Working with Audio: Levels
Jump back here, we have the Habba Mix that I'm gonna use initially because I just want you to see some levels. I'm gonna make this a lot bigger so it's easier to see. We learned that Command Plus makes the video bigger. Then we learned that Option Plus makes the audio bigger. If you do ... Zooming in there. If you want them all to be made bigger, you can hold down the Shift key. Holding too many keys here. I'll do it this way. This is just the scroll bar. So, I want my audio to be pretty big. I can now see in here, listen to it. So, my goal here is to start getting my levels the same. What we do is, there's a couple ways, we can do global changes. And we can also do specific changes. So, if I want to raise the entire volume level of a clip, I have a couple ways to do that. You'll notice that there's a very thin bar here in my audio track. I'm going to deselect it. This little bar here is the volume. Okay, this is one way you get at controlling the volume of a specific clip. If I have a...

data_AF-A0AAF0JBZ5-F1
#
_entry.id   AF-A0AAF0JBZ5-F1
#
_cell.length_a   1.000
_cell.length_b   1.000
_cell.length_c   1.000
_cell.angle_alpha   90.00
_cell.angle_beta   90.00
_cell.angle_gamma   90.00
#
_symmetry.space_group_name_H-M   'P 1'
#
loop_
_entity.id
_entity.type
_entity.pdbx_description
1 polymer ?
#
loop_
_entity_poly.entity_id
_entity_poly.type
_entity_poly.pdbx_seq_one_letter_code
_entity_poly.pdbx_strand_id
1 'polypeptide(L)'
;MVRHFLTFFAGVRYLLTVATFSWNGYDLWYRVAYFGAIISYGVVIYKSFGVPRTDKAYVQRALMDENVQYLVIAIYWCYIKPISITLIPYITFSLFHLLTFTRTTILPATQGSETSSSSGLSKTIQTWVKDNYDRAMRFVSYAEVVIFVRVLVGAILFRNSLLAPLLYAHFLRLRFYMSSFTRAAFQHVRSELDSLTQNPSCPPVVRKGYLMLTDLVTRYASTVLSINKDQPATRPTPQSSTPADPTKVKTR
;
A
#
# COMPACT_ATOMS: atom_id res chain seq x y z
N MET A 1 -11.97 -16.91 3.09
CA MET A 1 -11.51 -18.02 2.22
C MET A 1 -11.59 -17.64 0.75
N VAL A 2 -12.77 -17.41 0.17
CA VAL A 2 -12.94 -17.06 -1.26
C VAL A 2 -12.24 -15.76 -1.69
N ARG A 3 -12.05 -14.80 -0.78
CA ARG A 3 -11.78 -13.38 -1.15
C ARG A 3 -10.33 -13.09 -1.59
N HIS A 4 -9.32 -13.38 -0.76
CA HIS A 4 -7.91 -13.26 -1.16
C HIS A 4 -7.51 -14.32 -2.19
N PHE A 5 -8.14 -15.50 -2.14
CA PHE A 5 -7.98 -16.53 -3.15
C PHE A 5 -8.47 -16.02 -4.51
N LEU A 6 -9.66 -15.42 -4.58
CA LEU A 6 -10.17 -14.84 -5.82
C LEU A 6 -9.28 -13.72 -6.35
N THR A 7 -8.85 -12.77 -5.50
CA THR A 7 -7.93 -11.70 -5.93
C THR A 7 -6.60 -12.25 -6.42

clip and it's too loud or too soft, I can go ahead and zoom in, so you can see this. As I move this up and down, it actually tells me how much softer or how much louder. DB stands for decible, it stands for, it's air pressure really. Think of it is as volume. The higher the number, the louder its going to be. Bring it down, the softer it's going to be. You can do that here, directly in your timeline. But, you can also access this in other places. If I wanted to, and I'm going to go ahead and reset this back to our original editing. Because a lot of times you'll tweak this in the original editing spot. Remember I played with this. Go ahead, Workspace, Reset to save layout. There we go, the audio that we're used to working with. Let's say, I'm going in and I want to make this all match again, shift minus, shift plus, there we go. I want to work with the volume level of this clip. I'm going to load this clip into the viewer. I can look at the volume there, but I'm not changing the volume there. If I want to change the volume I can go over here to effects control, this is a new panel that we haven't seen before, haven't looked at before. This is where i start controlling the parameters of a clip. Whether it's a clip that I bring in before I drop it in to my sequence or occasionally from a clip, in this case, a clip that's already in my sequence. When I select it, I have some default settings that I can control. We're going to look at audio. But, you can see here that I can control motion, which is the size or scale of a clip. How bright or transparent it is, how opaque or transparent. Time Remapping, but, I'm also getting down here into volume. This is where I can control the audio volume of my clip and also do some deeper control. If we look at this closely, and I move this line up and down, you'll see this number change and visa versa. If I go down here and grab that audio and let go this number is now changed to -05, I'm not going to zoom in. Okay, if I go up there and change it, and as soon as I let go, this moves. I can control the general volume in two places, whatever's easier. By the way, when working in this window and you'll see this throughout the application, whenever you see like, the blue number here, and if I put my cursor over it. Do you notice that it's a little hand with two arrows pointing? That's because this is in essence, a virtual slider. If I put my cursor over it and click, as I move left and right, I actually can increase or decrease the numbers. All I'm doing is moving my cursor left or right by clicking and holding, same thing with a mouse. It's kind of weird to get used to. If I actually click and select it, I can't do that. I can type in any number I want. I can say, I want an apps, I want a value number of -6 or +6. That's one thing to keep in mind. If you find that a little tricky, there's always these disclosure triangles. If I open that up, I can now have a nice slider that I can work with, okay? There's many ways to do it, whatever's easiest. If you noticed, when I was working down here, it was really hard for me to see and grab this. In that case, maybe I don't want to go there, I want to go here, but they're all related. If I've loaded it from here back to here, I'm modifying the clip that's in the time line. If I do it before I bring it in, I'm modifying the master clip, or the original clip. That's something to keep in mind because depending on ultimately, your work flow, you may want to fix the volume even before you start editing. If you know it's really soft, you may say, you know what, I'm going to pump it up so it hits -6 DB because it was recorded really soft. Now when I cut it in, I don't have to go back to each individual one and fix it, okay? On the flip side, you may cut it all in and at one point the guy just starts speaking softer, and you say, oh I need to pump that up. Or, gets real excited, I need to bring it down. You want to make changes, you'll be making changes in both locations. There's several ways to do it globally. That's what we just did, if you just want to pump up or bring the volume down. There we go, I hit play. You see it's at that level, I'm going to go ahead and grab this, make it softer. Now it's barely hitting. Then it goes to the next clip, and the next clip gets loaded in. That's some basic audio, how you make things louder. We're going to actual put this in to practice once we get our heads wrapped around it. I've also accidentally done some key framing. We're going to reset that for now. My edit has got ahead of where I wanted it to be. That's some basics with levels. Our goal is to go through, listen to it and look. It's a little hard to hear in the studio, the quality of the volume levels. We're not going to look at repairing anything at this point. That's done with an effect. But, I'll go through and I'm going to try to eyeball this. This was recorded, so, I'm watching. You'll notice that it changed and it got a little louder on this one. I may want to go in and bring that down a little bit. Bring my levels down, load it in, volume, pull it down a little bit and continue to go through it. That's good, I'm going to go to this little cut away here. It's a little bit soft, so, I can zoom in. I can go ahead and maybe bring that up a little bit. I would do that to kind of, even things out during the show. The next thing I might have a challenge with is, maybe it gets really soft here and I need that to be louder. What we want to do is, instead of moving it globally up and down, which makes everything louder or softer. We want to do what's called key framing. We can change it over time, so, at one point we want it to get louder. Or in the case of music we may want it to get softer because people are starting to speak. That's called key framing . You can do that directly in your sequence. Or you can do that in the source panel. Again, it updates because they mirror each other. Lets suppose, I want to work on this clip right here. I'm going to select it. I'm going to open up my volume. I want it to get louder right here. I need to go ahead and I need to put in some key frames. If I hold down the Command key on a Mac or the Control key, I can go in and click on these things that are called key frames, and I'm making them wherever I click. Think of them as break points. Because now I have a key frame, if I move this middle bar up I have a nice transition to louder and then softer again. Key frames actually came back from the, comes from the old animation studio days. Where the master artist would draw the key frames, and say where Snow White is here and where Snow White is there, then the other animators would come in and do all the betweening. How to get from A to B. These are the key frames and now you have the transition. The computer now are those artists that worked really really hard, they've become obsolete, like the rest of us. You can easily put key frames in and make things louder or softer right there. You'll notice that as I bring this clip in, I'm zooming in and zooming out. There we go. Double click to load that in. Look at our audio. Look at our effects control. I'm twirling down audio levels here. We're pretty zoomed in, but if you look very closely there is my audio key frame. How would I look at that in more detail? The Plus key, remember our good old Plus key. I can control this interface. I can do my animation here, if I go here we're reflecting down to the bottom. I can say, oh yeah, it needs to be softer, update it. Or, maybe I need to actually move a key frame. Okay, I want a slower transition as it gets softer. This is how you would go through looking at the wave form. Also, looking here to make your audio peak and valley. If we go ahead and we play that, I'm going to do this with the music underneath. You can see how you can really control and fix volume issues. Pretty short window of time. You can move these left and right. You can simply lasso them and drag them out. If you want it to be up longer, then do it down here. If you want to erase a key frame, maybe you put an extra one in by accident. Go ahead and do that. Well, my first reaction is, I don't know how to remove a key frame. But, Abba once told me if I right click on something I might get some choices. Again, that's what I run to. Here I can go ahead and I can hit cut. You can see there's other things, copy and clear. There is something very interesting here. If you've worked in any kind of motion graphics, or animation, where, you know, a bezier curve is this nice smooth curve. Sometimes you may not want you audio to be like Chh Chh. If you switch, to say, a bezier, you now can actually get smoother transitions. There's auto-bezier which will do the default for you. If you mess it up, you'll notice one thing, as you change this, this key frame icon changes depending on the type of curve that you have. So, you have that feedback. You can start manipulating and modulating things. If you mess up completely, you can always just select it and hit delete, or you can right click on it. You really have a lot of control. I recommend starting slow. What I have found with audio is people try to do too much and they end up making things sound worse. But, if you find a situation where you want something to gradually go down, that's a great option. You can even do that here in the timeline. Make this a little bit bigger. Right click. Auto-bezier, nice smooth little curve. I can control that curve. You can do it in either place. And remember you can always undo. If you really mess up everything, you put in all these key frames, you didn't know that you were key framing it. These little stop watches, which we'll be using in our filters and effects lesson also. These allow you to turn off and reset your key frames. I should get a warning if I click on that for level. It says, If you do this, and it gave me the warning I was looking for. It will delete all existing key frames, is that okay? And you can say yes, absolutely, that's okay. I completely messed up my audio and I just want it back to the default. That's a quick way to reset. While we're in here, I'll just point out a couple things. You can control panning left and right. I save that for the end, left and right channel. You can also, if you put an effect, or let's say, you did a bunch of key framing, if you click on bypass, it will ignore all the modifications and play it at it's original level. So you can temporary toggle that stuff on and off, without having to erase your key frames. That's just a little bit how you would have the control.